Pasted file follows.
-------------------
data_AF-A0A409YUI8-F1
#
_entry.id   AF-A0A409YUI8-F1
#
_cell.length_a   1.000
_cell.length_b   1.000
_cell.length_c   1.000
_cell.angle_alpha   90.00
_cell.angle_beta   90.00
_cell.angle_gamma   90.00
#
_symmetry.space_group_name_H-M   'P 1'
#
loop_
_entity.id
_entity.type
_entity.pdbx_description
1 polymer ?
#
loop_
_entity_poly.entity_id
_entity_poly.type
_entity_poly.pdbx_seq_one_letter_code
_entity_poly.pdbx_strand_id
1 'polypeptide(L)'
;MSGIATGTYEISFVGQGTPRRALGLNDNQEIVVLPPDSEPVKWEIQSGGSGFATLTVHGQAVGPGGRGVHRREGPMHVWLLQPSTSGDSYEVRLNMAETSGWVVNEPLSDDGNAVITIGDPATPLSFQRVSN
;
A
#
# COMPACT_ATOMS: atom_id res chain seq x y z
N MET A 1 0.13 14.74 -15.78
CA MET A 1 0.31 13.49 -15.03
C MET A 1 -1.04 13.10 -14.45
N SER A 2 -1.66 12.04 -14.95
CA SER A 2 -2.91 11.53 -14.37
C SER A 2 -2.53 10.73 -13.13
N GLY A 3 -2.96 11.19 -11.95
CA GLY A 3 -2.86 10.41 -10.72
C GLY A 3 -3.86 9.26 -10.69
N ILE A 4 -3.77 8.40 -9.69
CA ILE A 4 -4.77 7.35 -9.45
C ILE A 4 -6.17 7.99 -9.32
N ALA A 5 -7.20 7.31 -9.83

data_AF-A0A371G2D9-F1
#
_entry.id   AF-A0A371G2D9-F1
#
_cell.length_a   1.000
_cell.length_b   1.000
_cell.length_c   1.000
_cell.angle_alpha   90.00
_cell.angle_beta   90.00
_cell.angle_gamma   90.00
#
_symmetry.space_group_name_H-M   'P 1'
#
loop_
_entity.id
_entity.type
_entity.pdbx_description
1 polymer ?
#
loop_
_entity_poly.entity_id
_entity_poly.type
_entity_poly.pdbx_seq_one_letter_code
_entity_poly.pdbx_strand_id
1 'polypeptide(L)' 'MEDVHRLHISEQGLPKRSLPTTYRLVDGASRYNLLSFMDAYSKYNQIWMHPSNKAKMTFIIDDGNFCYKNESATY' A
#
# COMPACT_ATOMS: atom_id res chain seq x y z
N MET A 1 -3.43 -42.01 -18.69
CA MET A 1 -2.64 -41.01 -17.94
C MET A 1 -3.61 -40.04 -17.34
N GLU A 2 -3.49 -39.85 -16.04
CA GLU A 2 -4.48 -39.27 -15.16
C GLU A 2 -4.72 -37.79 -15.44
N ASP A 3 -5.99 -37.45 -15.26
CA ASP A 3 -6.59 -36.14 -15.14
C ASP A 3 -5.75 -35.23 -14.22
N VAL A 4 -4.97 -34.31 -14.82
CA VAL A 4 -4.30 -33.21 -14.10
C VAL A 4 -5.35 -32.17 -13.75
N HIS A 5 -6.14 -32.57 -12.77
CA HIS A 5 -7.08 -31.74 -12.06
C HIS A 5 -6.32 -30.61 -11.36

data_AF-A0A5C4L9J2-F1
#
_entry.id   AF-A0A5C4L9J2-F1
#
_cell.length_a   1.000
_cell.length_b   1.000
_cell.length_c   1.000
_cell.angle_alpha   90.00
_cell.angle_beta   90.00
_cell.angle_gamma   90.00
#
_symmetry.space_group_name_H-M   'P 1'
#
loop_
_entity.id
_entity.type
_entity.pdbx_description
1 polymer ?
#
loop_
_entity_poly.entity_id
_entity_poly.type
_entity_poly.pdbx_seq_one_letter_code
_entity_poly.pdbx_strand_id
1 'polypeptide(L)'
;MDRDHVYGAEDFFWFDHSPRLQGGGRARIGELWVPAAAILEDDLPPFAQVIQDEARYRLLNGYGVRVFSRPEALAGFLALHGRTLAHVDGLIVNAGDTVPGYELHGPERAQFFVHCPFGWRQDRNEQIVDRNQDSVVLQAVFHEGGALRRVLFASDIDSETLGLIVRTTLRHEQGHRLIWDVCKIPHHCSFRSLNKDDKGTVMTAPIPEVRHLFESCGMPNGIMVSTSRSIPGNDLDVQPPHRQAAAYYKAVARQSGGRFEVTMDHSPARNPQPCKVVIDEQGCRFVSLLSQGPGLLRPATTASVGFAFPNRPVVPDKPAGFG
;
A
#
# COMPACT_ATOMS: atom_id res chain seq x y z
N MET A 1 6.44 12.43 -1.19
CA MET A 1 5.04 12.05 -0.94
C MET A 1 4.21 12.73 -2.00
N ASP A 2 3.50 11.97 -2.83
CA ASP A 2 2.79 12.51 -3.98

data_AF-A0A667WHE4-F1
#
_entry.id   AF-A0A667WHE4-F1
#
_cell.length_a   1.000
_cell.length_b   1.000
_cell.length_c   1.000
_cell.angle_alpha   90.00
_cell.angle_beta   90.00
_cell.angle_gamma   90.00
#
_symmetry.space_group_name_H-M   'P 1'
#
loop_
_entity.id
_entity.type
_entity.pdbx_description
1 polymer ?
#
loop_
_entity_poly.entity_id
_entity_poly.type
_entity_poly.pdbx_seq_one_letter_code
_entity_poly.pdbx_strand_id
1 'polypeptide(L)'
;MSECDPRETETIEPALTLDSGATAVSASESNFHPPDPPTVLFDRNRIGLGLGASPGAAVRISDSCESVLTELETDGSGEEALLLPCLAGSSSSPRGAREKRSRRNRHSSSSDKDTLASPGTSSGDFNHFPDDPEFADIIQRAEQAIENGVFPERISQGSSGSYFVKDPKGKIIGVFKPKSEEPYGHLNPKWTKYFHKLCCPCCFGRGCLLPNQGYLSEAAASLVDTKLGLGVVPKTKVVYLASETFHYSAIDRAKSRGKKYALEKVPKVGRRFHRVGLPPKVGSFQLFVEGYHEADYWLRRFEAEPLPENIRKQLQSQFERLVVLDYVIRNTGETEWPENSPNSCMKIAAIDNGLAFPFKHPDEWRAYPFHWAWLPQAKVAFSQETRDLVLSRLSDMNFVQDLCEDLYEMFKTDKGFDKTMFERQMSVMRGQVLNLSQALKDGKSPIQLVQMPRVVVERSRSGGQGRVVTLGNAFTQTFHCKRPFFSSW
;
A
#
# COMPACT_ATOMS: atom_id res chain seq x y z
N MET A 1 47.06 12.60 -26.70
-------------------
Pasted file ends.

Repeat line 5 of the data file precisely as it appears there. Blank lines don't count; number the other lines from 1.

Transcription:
_cell.length_a   1.000